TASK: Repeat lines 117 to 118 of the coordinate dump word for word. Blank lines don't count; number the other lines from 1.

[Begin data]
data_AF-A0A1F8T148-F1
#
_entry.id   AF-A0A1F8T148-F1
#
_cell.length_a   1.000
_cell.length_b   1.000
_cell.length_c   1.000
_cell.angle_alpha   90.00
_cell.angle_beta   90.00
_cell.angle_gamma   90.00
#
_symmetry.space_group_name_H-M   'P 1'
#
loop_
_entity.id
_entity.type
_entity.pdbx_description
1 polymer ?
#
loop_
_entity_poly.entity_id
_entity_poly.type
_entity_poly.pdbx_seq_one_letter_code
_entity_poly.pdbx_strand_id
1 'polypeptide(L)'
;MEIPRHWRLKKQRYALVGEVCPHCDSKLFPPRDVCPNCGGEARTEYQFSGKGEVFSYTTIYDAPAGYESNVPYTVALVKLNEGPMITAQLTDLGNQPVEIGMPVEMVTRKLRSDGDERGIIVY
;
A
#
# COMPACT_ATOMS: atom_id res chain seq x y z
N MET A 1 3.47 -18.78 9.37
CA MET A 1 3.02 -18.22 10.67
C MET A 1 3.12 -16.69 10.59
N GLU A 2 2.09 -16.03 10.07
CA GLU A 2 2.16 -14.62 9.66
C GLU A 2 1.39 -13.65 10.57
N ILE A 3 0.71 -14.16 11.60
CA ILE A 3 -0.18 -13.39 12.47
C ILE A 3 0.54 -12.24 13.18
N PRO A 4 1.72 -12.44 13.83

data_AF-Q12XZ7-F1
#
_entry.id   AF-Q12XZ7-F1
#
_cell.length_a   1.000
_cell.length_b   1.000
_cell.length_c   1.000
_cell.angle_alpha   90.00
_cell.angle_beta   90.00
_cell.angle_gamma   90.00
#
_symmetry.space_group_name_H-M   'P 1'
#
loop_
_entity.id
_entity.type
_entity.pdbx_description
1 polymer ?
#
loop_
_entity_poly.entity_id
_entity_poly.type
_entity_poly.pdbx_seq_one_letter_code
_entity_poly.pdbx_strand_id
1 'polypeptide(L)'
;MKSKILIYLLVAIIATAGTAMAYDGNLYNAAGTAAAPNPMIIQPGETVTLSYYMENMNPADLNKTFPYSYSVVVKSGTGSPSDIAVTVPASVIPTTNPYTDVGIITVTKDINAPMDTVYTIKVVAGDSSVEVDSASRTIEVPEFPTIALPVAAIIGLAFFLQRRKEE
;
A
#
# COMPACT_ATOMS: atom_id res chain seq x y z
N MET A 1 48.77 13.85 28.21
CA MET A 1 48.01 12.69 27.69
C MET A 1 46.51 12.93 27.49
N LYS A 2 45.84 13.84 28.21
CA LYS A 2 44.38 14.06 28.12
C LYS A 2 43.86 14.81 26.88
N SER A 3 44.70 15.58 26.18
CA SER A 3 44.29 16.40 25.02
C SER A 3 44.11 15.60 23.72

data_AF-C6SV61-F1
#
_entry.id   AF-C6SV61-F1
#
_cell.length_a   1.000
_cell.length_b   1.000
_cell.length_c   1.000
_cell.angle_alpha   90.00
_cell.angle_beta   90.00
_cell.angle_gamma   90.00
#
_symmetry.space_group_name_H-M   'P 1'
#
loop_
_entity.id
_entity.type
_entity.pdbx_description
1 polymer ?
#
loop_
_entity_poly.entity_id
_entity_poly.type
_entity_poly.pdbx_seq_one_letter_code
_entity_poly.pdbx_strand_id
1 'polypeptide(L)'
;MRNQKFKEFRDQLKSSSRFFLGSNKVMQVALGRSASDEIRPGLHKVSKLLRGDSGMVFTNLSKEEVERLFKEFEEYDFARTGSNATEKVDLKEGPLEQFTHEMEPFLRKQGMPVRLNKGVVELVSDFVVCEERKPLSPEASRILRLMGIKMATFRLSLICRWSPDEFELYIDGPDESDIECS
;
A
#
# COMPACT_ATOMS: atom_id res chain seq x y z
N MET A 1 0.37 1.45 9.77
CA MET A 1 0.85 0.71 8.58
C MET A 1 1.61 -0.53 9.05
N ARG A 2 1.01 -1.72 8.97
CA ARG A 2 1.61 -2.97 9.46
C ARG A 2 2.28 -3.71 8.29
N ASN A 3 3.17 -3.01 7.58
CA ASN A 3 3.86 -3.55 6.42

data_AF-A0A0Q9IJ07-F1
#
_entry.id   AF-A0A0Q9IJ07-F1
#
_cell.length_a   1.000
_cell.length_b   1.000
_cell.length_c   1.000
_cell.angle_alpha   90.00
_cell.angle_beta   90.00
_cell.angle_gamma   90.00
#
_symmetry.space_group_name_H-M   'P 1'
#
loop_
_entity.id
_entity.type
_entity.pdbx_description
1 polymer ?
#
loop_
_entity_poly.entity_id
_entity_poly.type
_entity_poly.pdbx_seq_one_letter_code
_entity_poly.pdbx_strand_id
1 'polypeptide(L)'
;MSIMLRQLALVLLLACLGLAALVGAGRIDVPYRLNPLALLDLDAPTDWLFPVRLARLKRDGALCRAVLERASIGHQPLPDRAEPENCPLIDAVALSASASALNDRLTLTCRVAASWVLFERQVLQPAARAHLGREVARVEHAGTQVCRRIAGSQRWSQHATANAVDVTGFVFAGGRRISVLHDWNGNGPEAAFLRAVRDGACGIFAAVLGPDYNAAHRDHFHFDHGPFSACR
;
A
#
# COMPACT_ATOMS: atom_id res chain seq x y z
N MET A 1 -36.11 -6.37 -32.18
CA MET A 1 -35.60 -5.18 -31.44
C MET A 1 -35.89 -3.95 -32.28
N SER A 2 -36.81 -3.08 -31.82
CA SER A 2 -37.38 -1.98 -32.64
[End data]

CA ASN A 3 3.86 -3.55 6.42

data_AF-A0A0Q9IJ07-F1